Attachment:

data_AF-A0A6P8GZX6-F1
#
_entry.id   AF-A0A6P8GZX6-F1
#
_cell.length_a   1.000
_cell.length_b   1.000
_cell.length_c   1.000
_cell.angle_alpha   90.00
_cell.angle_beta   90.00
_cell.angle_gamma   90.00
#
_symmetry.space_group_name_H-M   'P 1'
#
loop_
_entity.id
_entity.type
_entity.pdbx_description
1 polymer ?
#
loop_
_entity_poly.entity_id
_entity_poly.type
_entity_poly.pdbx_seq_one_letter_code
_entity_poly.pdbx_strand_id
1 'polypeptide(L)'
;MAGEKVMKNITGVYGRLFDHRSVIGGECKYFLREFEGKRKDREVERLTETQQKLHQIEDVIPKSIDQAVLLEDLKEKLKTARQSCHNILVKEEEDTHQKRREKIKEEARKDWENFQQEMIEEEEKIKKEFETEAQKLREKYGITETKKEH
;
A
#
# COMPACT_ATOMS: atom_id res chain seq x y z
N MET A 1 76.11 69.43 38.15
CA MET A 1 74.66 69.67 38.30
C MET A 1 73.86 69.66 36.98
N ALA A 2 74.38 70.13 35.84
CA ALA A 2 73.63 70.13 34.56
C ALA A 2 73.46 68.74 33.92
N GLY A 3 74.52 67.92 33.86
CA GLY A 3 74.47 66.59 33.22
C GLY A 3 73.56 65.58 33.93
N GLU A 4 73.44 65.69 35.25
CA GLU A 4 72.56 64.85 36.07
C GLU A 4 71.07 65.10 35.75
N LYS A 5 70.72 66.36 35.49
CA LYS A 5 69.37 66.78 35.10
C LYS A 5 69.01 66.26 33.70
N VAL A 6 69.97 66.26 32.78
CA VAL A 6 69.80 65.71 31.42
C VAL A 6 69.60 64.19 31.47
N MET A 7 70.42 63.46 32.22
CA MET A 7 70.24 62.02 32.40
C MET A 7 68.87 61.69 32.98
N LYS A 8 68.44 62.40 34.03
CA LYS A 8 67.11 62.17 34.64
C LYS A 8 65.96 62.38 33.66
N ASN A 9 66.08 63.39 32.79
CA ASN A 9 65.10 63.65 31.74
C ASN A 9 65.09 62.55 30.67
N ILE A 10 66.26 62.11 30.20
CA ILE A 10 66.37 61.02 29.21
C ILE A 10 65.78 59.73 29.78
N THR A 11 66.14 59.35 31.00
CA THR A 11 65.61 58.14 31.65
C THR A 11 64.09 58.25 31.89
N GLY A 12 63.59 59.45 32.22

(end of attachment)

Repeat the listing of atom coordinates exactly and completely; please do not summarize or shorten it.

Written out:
data_AF-A0A6P8GZX6-F1
#
_entry.id   AF-A0A6P8GZX6-F1
#
_cell.length_a   1.000
_cell.length_b   1.000
_cell.length_c   1.000
_cell.angle_alpha   90.00
_cell.angle_beta   90.00
_cell.angle_gamma   90.00
#
_symmetry.space_group_name_H-M   'P 1'
#
loop_
_entity.id
_entity.type
_entity.pdbx_description
1 polymer ?
#
loop_
_entity_poly.entity_id
_entity_poly.type
_entity_poly.pdbx_seq_one_letter_code
_entity_poly.pdbx_strand_id
1 'polypeptide(L)'
;MAGEKVMKNITGVYGRLFDHRSVIGGECKYFLREFEGKRKDREVERLTETQQKLHQIEDVIPKSIDQAVLLEDLKEKLKTARQSCHNILVKEEEDTHQKRREKIKEEARKDWENFQQEMIEEEEKIKKEFETEAQKLREKYGITETKKEH
;
A
#
# COMPACT_ATOMS: atom_id res chain seq x y z
N MET A 1 76.11 69.43 38.15
CA MET A 1 74.66 69.67 38.30
C MET A 1 73.86 69.66 36.98
N ALA A 2 74.38 70.13 35.84
CA ALA A 2 73.63 70.13 34.56
C ALA A 2 73.46 68.74 33.92
N GLY A 3 74.52 67.92 33.86
CA GLY A 3 74.47 66.59 33.22
C GLY A 3 73.56 65.58 33.93
N GLU A 4 73.44 65.69 35.25
CA GLU A 4 72.56 64.85 36.07
C GLU A 4 71.07 65.10 35.75
N LYS A 5 70.72 66.36 35.49
CA LYS A 5 69.37 66.78 35.10
C LYS A 5 69.01 66.26 33.70
N VAL A 6 69.97 66.26 32.78
CA VAL A 6 69.80 65.71 31.42
C VAL A 6 69.60 64.19 31.47
N MET A 7 70.42 63.46 32.22
CA MET A 7 70.24 62.02 32.40
C MET A 7 68.87 61.69 32.98
N LYS A 8 68.44 62.40 34.03
CA LYS A 8 67.11 62.17 34.64
C LYS A 8 65.96 62.38 33.66
N ASN A 9 66.08 63.39 32.79
CA ASN A 9 65.10 63.65 31.74
C ASN A 9 65.09 62.55 30.67
N ILE A 10 66.26 62.11 30.20
CA ILE A 10 66.37 61.02 29.21
C ILE A 10 65.78 59.73 29.78
N THR A 11 66.14 59.35 31.00
CA THR A 11 65.61 58.14 31.65
C THR A 11 64.09 58.25 31.89
N GLY A 12 63.59 59.45 32.22